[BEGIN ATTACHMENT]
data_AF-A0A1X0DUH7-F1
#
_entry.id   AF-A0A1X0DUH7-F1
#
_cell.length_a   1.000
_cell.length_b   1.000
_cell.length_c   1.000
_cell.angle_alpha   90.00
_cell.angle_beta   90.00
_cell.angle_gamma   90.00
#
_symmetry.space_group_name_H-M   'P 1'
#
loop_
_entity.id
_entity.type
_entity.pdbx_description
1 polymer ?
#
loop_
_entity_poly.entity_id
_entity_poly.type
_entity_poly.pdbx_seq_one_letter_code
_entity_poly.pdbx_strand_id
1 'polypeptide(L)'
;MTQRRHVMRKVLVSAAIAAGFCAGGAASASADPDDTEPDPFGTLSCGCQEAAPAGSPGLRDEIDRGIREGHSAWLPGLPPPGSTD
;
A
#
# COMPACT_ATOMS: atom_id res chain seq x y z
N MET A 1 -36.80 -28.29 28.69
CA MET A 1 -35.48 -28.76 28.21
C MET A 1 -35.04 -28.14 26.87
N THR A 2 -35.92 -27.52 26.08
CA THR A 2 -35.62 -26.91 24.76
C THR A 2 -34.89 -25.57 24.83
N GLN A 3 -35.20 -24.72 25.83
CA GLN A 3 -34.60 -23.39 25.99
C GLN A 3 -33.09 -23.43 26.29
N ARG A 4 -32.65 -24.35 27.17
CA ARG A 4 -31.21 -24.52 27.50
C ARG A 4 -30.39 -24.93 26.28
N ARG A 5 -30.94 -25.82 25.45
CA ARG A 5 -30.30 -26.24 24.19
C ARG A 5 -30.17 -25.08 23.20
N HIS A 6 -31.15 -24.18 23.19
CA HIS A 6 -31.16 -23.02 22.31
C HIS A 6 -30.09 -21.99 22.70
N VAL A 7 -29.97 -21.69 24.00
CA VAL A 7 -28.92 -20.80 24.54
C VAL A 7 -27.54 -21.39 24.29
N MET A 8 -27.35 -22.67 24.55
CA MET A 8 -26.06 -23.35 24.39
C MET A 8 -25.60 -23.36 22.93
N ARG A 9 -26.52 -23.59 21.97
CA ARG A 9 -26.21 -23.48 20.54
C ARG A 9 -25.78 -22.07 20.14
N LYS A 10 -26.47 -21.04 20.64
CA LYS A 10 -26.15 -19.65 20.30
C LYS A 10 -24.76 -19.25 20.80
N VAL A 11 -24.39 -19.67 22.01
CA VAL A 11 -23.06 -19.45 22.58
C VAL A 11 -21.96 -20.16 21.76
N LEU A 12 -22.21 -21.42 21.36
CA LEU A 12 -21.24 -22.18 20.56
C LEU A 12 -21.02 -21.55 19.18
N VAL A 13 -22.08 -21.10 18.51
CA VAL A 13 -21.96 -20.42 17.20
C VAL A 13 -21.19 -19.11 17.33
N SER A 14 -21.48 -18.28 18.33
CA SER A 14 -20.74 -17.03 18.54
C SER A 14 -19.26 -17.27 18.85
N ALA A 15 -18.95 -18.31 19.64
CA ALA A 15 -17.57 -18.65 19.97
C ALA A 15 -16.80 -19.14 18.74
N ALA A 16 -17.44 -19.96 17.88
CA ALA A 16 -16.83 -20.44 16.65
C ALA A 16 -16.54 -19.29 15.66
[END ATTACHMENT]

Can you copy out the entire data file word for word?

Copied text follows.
data_AF-A0A1X0DUH7-F1
#
_entry.id   AF-A0A1X0DUH7-F1
#
_cell.length_a   1.000
_cell.length_b   1.000
_cell.length_c   1.000
_cell.angle_alpha   90.00
_cell.angle_beta   90.00
_cell.angle_gamma   90.00
#
_symmetry.space_group_name_H-M   'P 1'
#
loop_
_entity.id
_entity.type
_entity.pdbx_description
1 polymer ?
#
loop_
_entity_poly.entity_id
_entity_poly.type
_entity_poly.pdbx_seq_one_letter_code
_entity_poly.pdbx_strand_id
1 'polypeptide(L)'
;MTQRRHVMRKVLVSAAIAAGFCAGGAASASADPDDTEPDPFGTLSCGCQEAAPAGSPGLRDEIDRGIREGHSAWLPGLPPPGSTD
;
A
#
# COMPACT_ATOMS: atom_id res chain seq x y z
N MET A 1 -36.80 -28.29 28.69
CA MET A 1 -35.48 -28.76 28.21
C MET A 1 -35.04 -28.14 26.87
N THR A 2 -35.92 -27.52 26.08
CA THR A 2 -35.62 -26.91 24.76
C THR A 2 -34.89 -25.57 24.83
N GLN A 3 -35.20 -24.72 25.83
CA GLN A 3 -34.60 -23.39 25.99
C GLN A 3 -33.09 -23.43 26.29
N ARG A 4 -32.65 -24.35 27.17
CA ARG A 4 -31.21 -24.52 27.50
C ARG A 4 -30.39 -24.93 26.28
N ARG A 5 -30.94 -25.82 25.45
CA ARG A 5 -30.30 -26.24 24.19
C ARG A 5 -30.17 -25.08 23.20
N HIS A 6 -31.15 -24.18 23.19
CA HIS A 6 -31.16 -23.02 22.31
C HIS A 6 -30.09 -21.99 22.70
N VAL A 7 -29.97 -21.69 24.00
CA VAL A 7 -28.92 -20.80 24.54
C VAL A 7 -27.54 -21.39 24.29
N MET A 8 -27.35 -22.67 24.55
CA MET A 8 -26.06 -23.35 24.39
C MET A 8 -25.60 -23.36 22.93
N ARG A 9 -26.52 -23.59 21.97
CA ARG A 9 -26.21 -23.48 20.54
C ARG A 9 -25.78 -22.07 20.14
N LYS A 10 -26.47 -21.04 20.64
CA LYS A 10 -26.15 -19.65 20.30
C LYS A 10 -24.76 -19.25 20.80
N VAL A 11 -24.39 -19.67 22.01
CA VAL A 11 -23.06 -19.45 22.58
C VAL A 11 -21.96 -20.16 21.76
N LEU A 12 -22.21 -21.42 21.36
CA LEU A 12 -21.24 -22.18 20.56
C LEU A 12 -21.02 -21.55 19.18
N VAL A 13 -22.08 -21.10 18.51
CA VAL A 13 -21.96 -20.42 17.20
C VAL A 13 -21.19 -19.11 17.33
N SER A 14 -21.48 -18.28 18.33
CA SER A 14 -20.74 -17.03 18.54
C SER A 14 -19.26 -17.27 18.85
N ALA A 15 -18.95 -18.31 19.64
CA ALA A 15 -17.57 -18.65 19.97
C ALA A 15 -16.80 -19.14 18.74
N ALA A 16 -17.44 -19.96 17.88
CA ALA A 16 -16.83 -20.44 16.65
C ALA A 16 -16.54 -19.29 15.66